Reporter Sarah Delia Talks About 'The List,' A New Investigative Series From WFAE
Most Catholic dioceses in the country have released a list of clergy credibly accused of sexual abuse. The diocese of Charlotte has not released a list, but its bishop has said he’s committed to doing so by the end of the year. In the meantime, WFAE’s Sarah Delia has been learning how such a list is compiled, what it means, and how victims of clergy continue to deal with the abuse they suffered.
She’s produced a four-part series. It’s called "The List," which you can read and listen to it at wfae.org/thelist. Sarah joins "Morning Edition" host Lisa Worf to talk about the new series.
LISA WORF: Why hasn’t the diocese released a list of credibly accused clergy? It’s among the last to do so.
SARAH DELIA: Well, you’re right, the Charlotte Diocese is one of the last to release a list, according to BishopAccountability.org, a watchdog organization that tracks and analyzes lists released by dioceses across the country. Out of 178 dioceses in the country, 146 have released lists. Charlotte is one of the last to do so, especially in the South.
Why that is exactly is a little murky. A former Charlotte diocese spokesperson, David Hains, who is now retired, told the Charlotte Observer back in January 2019 that the diocese wasn’t convinced that there was “empirical evidence that publishing a list brings comfort or aid to victims.”
But in a statement from Bishop Peter Jugis in May 2019 — just a few months later — there seemed to be this change of heart. Jugis said, “Through my discussions with abuse survivors, I have come to believe that a full airing of abuse from the past is crucial in the healing process for victims and for the entire church.”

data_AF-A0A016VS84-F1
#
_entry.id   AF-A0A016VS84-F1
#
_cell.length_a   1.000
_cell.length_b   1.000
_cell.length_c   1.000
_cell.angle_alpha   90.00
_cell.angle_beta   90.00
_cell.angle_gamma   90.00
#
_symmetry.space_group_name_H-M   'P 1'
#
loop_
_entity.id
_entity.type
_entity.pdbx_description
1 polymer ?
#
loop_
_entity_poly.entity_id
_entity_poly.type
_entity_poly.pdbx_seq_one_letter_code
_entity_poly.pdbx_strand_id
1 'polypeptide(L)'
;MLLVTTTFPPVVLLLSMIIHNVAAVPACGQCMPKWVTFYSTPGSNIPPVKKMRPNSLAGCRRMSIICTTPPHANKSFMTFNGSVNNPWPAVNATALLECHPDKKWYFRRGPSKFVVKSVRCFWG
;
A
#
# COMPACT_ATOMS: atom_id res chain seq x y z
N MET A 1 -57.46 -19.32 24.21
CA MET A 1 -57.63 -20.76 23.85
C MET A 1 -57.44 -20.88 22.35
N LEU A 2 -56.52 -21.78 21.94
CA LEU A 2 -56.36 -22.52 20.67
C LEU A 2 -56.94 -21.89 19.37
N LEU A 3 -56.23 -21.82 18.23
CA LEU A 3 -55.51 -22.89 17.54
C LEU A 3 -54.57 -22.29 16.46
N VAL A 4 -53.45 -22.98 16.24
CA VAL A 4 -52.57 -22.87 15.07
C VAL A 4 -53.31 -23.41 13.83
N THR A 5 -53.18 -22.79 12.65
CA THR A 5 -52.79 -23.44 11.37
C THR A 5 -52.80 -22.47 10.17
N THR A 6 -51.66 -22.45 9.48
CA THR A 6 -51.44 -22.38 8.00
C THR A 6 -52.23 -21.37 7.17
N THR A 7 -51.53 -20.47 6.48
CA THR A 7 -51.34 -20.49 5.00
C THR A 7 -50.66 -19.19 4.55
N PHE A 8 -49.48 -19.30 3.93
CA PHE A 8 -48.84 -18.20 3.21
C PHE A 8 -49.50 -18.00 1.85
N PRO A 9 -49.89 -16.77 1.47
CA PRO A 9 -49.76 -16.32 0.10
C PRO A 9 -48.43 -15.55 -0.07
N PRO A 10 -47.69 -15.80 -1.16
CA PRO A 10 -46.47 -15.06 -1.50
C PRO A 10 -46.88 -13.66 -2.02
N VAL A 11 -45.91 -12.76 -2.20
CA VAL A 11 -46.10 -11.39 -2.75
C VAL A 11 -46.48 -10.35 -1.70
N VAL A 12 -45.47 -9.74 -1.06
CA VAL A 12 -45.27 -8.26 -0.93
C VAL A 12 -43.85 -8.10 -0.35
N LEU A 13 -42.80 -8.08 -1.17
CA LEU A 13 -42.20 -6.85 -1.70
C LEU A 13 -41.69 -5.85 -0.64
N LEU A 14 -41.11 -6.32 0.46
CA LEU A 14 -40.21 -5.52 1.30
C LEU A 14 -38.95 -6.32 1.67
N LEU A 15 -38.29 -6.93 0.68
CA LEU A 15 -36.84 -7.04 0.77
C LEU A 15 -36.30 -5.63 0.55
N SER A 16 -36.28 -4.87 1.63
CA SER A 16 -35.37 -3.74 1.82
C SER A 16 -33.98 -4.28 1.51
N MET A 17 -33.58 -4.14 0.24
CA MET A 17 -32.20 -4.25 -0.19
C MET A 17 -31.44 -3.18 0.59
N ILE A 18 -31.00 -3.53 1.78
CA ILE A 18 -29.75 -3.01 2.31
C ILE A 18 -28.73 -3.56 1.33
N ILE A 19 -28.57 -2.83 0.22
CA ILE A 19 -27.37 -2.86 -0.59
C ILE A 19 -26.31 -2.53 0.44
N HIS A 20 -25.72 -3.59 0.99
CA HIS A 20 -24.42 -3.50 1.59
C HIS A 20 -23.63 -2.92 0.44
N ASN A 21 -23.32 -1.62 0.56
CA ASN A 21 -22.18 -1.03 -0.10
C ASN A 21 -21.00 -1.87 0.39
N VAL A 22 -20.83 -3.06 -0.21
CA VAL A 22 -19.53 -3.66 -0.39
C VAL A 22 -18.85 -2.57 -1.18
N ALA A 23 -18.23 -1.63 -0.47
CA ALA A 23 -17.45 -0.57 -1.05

I should point out that the Charlotte Diocese is a part of what’s called Ecclesiastical Province of Atlanta. That includes the dioceses of Charlotte, Raleigh, Atlanta, Savannah (Georgia) and Charleston (South Carolina). Out of that group, the Charlotte Diocese is the only one that has not yet released a list.
WORF: What do we know about the abuse that occurred by clergy in the Charlotte Diocese? Do you have a sense of how extensive it was?
DELIA: We do have some sense of some of the abuse that occurred in the Charlotte Diocese but that’s mostly because of lawsuits that were filed in Mecklenburg County. In the first episode of the series, we hear from Anthony. Anthony alleges he was abused by Richard Farewell, who at one point was a priest at St. Ann in Charlotte. Anthony, who asked we only use his first name, filed a civil lawsuit in 2011, but it was dismissed because the statute of limitations had run out.
ANTHONY: I remember him telling me: ‘"Don't tell anybody about this. I did this because I love you. This is how God wants us to show each other that we love each other.’"
DELIA: And you’ll also hear from Robby Price, who was abused by Robert Yurgel when he was 14 years old at St. Matthew in Charlotte in 1999. Yurgel was convicted of second-degree sex offense. Price settled with the Charlotte Diocese for $1 million in a civil lawsuit.